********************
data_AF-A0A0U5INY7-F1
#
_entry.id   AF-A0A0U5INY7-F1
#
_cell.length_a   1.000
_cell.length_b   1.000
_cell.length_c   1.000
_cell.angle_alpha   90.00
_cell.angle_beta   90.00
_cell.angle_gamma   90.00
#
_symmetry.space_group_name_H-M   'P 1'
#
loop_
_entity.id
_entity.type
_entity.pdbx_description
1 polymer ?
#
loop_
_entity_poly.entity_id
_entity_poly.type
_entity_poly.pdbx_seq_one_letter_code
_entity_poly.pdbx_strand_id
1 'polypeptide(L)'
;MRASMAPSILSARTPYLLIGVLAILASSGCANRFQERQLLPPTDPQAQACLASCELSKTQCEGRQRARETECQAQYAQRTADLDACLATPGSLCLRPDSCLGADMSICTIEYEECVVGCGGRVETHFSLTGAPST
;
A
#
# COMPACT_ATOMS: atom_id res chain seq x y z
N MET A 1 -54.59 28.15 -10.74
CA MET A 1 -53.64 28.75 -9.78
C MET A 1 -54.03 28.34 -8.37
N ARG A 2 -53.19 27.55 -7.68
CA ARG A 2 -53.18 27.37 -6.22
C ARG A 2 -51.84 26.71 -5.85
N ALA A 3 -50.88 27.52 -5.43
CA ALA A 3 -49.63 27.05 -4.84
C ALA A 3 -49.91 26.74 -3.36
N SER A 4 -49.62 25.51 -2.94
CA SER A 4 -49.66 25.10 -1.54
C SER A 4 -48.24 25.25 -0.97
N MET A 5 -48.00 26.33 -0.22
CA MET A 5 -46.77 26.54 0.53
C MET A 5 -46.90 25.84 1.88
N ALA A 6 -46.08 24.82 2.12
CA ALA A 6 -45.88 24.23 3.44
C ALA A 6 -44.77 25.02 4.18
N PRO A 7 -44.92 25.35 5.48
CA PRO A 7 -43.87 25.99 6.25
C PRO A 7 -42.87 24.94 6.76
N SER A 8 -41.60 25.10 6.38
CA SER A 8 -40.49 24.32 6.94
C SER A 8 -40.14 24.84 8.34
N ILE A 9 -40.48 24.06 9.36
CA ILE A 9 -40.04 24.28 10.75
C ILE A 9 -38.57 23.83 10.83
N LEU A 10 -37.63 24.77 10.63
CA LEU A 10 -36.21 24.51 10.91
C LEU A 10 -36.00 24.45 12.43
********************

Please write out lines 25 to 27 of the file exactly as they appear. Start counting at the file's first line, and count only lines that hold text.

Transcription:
1 'polypeptide(L)'
;MRASMAPSILSARTPYLLIGVLAILASSGCANRFQERQLLPPTDPQAQACLASCELSKTQCEGRQRARETECQAQYAQRTADLDACLATPGSLCLRPDSCLGADMSICTIEYEECVVGCGGRVETHFSLTGAPST
;